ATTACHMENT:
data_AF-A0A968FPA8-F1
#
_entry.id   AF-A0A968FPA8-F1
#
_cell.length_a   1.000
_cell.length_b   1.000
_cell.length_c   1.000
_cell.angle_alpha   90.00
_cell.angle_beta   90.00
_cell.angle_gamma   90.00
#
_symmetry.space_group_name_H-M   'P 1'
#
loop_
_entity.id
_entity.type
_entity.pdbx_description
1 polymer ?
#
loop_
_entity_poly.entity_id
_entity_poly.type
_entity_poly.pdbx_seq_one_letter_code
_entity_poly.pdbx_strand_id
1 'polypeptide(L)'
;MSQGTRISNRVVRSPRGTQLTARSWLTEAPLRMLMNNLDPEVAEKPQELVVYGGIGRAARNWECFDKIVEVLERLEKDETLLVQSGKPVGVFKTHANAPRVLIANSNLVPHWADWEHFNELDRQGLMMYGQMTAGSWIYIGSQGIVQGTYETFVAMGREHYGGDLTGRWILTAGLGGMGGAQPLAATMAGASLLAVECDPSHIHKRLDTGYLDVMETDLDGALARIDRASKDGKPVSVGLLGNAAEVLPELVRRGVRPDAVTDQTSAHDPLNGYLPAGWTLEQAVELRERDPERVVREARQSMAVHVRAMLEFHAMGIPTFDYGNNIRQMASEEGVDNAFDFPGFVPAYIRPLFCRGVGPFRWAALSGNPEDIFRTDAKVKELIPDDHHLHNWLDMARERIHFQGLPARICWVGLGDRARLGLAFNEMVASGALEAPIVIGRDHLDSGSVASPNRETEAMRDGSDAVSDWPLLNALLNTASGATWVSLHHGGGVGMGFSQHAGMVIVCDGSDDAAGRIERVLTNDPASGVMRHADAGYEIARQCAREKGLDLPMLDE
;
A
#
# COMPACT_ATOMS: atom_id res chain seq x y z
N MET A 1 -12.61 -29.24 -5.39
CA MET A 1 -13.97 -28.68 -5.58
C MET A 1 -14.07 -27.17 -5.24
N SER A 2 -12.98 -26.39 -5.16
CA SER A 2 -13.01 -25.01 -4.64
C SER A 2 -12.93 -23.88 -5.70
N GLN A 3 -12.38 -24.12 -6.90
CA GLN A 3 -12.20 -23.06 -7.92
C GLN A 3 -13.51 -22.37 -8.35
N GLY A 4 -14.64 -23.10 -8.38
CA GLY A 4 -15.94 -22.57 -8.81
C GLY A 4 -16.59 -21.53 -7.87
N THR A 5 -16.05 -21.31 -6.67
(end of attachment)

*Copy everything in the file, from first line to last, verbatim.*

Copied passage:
data_AF-A0A968FPA8-F1
#
_entry.id   AF-A0A968FPA8-F1
#
_cell.length_a   1.000
_cell.length_b   1.000
_cell.length_c   1.000
_cell.angle_alpha   90.00
_cell.angle_beta   90.00
_cell.angle_gamma   90.00
#
_symmetry.space_group_name_H-M   'P 1'
#
loop_
_entity.id
_entity.type
_entity.pdbx_description
1 polymer ?
#
loop_
_entity_poly.entity_id
_entity_poly.type
_entity_poly.pdbx_seq_one_letter_code
_entity_poly.pdbx_strand_id
1 'polypeptide(L)'
;MSQGTRISNRVVRSPRGTQLTARSWLTEAPLRMLMNNLDPEVAEKPQELVVYGGIGRAARNWECFDKIVEVLERLEKDETLLVQSGKPVGVFKTHANAPRVLIANSNLVPHWADWEHFNELDRQGLMMYGQMTAGSWIYIGSQGIVQGTYETFVAMGREHYGGDLTGRWILTAGLGGMGGAQPLAATMAGASLLAVECDPSHIHKRLDTGYLDVMETDLDGALARIDRASKDGKPVSVGLLGNAAEVLPELVRRGVRPDAVTDQTSAHDPLNGYLPAGWTLEQAVELRERDPERVVREARQSMAVHVRAMLEFHAMGIPTFDYGNNIRQMASEEGVDNAFDFPGFVPAYIRPLFCRGVGPFRWAALSGNPEDIFRTDAKVKELIPDDHHLHNWLDMARERIHFQGLPARICWVGLGDRARLGLAFNEMVASGALEAPIVIGRDHLDSGSVASPNRETEAMRDGSDAVSDWPLLNALLNTASGATWVSLHHGGGVGMGFSQHAGMVIVCDGSDDAAGRIERVLTNDPASGVMRHADAGYEIARQCAREKGLDLPMLDE
;
A
#
# COMPACT_ATOMS: atom_id res chain seq x y z
N MET A 1 -12.61 -29.24 -5.39
CA MET A 1 -13.97 -28.68 -5.58
C MET A 1 -14.07 -27.17 -5.24
N SER A 2 -12.98 -26.39 -5.16
CA SER A 2 -13.01 -25.01 -4.64
C SER A 2 -12.93 -23.88 -5.70
N GLN A 3 -12.38 -24.12 -6.90
CA GLN A 3 -12.20 -23.06 -7.92
C GLN A 3 -13.51 -22.37 -8.35
N GLY A 4 -14.64 -23.10 -8.38
CA GLY A 4 -15.94 -22.57 -8.81
C GLY A 4 -16.59 -21.53 -7.87
N THR A 5 -16.05 -21.31 -6.67